Fool contributor Morgan Housel doesn't own shares in any of the companies mentioned in this article. The Fool has a disclosure policy.


Read/Post Comments (12) | Recommend This Article (13)

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  • Report this Comment On March 19, 2010, at 10:43 AM, questioner5000 wrote:

    How DARE you publish an article like this.

    Everyone knows, (because our leaders and the media have told us so), that people being foreclosed upon are all minority, single parents, with 10 sickly, starving children, who are losing their share of the American Dream, after decades of hard work, and are now being thrown out into the snow, (even in Las Vegas), by ruthless bankers, (who all look like "Snidely Whiplash"). These bastards forced people into buying more house than they could afford, overspending on multiple credit cards, and taking out HELOCs for all of the "paper equity gains" the market told them existed, in order to buy a couple of SUVs and that Hawaiian vacation that they had to take, (in order not to lose face in the neighborhood).

    How DARE you contradict that image!

  • Report this Comment On March 19, 2010, at 12:00 PM, Borbality wrote:

    Makes me wonder if I should just stop paying for a while and save up some cash. I don't need any credit so that's not a problem.

    My neighbors made the painful decision to walk away from their home after one of the couple lost a high-paying job. Now they've been waiting for the foreclosure process for months. They had no idea they'd be living payment-free for close to a year now, with no apparent sign of anything happening.

  • Report this Comment On March 19, 2010, at 2:33 PM, ByrneShill wrote:

    @Borbality: If you're underwater on your mortgage and you forecast money problems, then yeah, now would be the best time to stop paying. Keep all the cash you'd be sending your bank for the mortgage to make sure you don't need credit, and voilà!.

  • Report this Comment On March 19, 2010, at 4:51 PM, Borbality wrote:

    Nah my situation is different. I believe we're overpaying a little (Bought in May 2008 as first time homeowners and newlyweds) but we're both employed and able to pay our bills and save a little.

    Just annoying to see nicer houses going for what we paid. But my problems are pretty small compared to many others.

  • Report this Comment On March 19, 2010, at 5:35 PM, kedo76 wrote:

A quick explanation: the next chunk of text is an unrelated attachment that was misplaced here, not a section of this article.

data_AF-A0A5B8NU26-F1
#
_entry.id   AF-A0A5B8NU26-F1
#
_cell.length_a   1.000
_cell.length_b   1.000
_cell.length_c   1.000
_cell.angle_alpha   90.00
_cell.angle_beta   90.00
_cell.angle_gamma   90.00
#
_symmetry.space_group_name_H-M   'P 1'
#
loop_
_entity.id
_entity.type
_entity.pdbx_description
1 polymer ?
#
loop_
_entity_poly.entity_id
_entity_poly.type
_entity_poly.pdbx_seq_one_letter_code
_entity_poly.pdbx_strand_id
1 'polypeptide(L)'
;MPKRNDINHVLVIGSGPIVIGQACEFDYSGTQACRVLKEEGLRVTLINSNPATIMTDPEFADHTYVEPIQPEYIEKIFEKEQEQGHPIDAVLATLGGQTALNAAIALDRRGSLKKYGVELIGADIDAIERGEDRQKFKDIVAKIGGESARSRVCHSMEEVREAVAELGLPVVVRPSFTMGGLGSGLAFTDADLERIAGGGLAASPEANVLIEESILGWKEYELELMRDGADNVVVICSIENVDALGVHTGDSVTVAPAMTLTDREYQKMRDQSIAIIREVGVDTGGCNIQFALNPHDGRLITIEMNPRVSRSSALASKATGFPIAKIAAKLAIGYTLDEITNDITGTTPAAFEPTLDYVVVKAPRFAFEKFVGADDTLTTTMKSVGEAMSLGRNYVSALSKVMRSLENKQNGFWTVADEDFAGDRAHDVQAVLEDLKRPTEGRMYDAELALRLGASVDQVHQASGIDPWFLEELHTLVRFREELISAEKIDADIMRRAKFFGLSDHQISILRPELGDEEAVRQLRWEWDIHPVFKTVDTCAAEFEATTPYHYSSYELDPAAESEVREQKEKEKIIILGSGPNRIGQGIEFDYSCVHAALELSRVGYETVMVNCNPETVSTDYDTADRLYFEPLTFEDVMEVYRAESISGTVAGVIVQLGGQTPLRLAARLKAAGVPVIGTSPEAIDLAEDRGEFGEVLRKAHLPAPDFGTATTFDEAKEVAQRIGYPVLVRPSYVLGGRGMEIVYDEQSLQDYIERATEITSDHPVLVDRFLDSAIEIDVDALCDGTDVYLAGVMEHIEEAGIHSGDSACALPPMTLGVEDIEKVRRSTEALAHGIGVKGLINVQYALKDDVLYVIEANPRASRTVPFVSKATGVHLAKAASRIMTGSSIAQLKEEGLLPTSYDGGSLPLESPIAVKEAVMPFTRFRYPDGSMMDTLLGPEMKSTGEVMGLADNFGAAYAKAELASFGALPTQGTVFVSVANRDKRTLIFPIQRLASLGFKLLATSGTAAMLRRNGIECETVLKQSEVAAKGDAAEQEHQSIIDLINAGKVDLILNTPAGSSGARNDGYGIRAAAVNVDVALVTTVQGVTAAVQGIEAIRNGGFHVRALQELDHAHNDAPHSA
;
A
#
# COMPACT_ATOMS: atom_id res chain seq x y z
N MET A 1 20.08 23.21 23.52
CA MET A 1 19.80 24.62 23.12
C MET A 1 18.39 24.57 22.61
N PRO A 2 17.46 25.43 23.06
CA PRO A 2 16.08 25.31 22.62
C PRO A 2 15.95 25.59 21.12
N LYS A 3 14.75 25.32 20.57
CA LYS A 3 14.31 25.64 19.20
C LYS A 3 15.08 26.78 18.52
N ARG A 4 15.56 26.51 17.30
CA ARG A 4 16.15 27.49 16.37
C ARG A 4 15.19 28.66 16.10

I loved living in my house for 11 months for free. I asked Wells Fargo to refinance me when my house dropped 175k in equity but was merely toying with the idea at that point. Then when the banks got their bailout I turned suddenly very serious. Living for free for 11 months got us every dime we put into the house back, and now 6 months later my credit is already recovering and I just bought a car and only had to tell them what happened and they couldn't have cared less and financed me just fine.

    This whole thing is a joke. I could afford my payments, but why would I if I am not going to see a profit on my investment? Easy answer if you ask me, and I don't care who you ask, we ALL expect a return on investment when we buy a house, even those meek morons who "buy a house just to have a house." BS.

  • Report this Comment On March 19, 2010, at 6:01 PM, gskinner75006 wrote:

    We lost our way when the house stopped being a home and became an ATM machine and the family was just "people" that happened to live there with you. Your children, their children, etc... will live in a third world country compared to what we had in the past. Very sad. I wonder what musical group though will do the first "feed America" concert. A band from the new world leader, China most likely. Man, their language will not be easy to learn!

  • Report this Comment On March 19, 2010, at 6:59 PM, alexxlea wrote:

    We need to go about this the smart way.

    1. Everyone walks out on their properties. Everyone. Just camp out and starve the beasts.

    2. They aren't going to throw everyone out. They can't. They'd have gotten the point by then.

    3. Live in your properties.

    4. Make things and buy food and be productive to society, unlike leeches that make you think that capital is supposed to work the way they shoehorn it.

    5. Live within your community, with your community. Families help families, and get to know each other. Everyone stops feeding off of everyone's corpses.

    Shoot, I think I just described what's going to happen after the inevitable reset. Everyone's fine and gets along fine, everyone that loved money and had a lot of it gets shafted. Their expansive networks of property and other junk doesn't matter because they only own it on paper, and is claimed by other people or the land.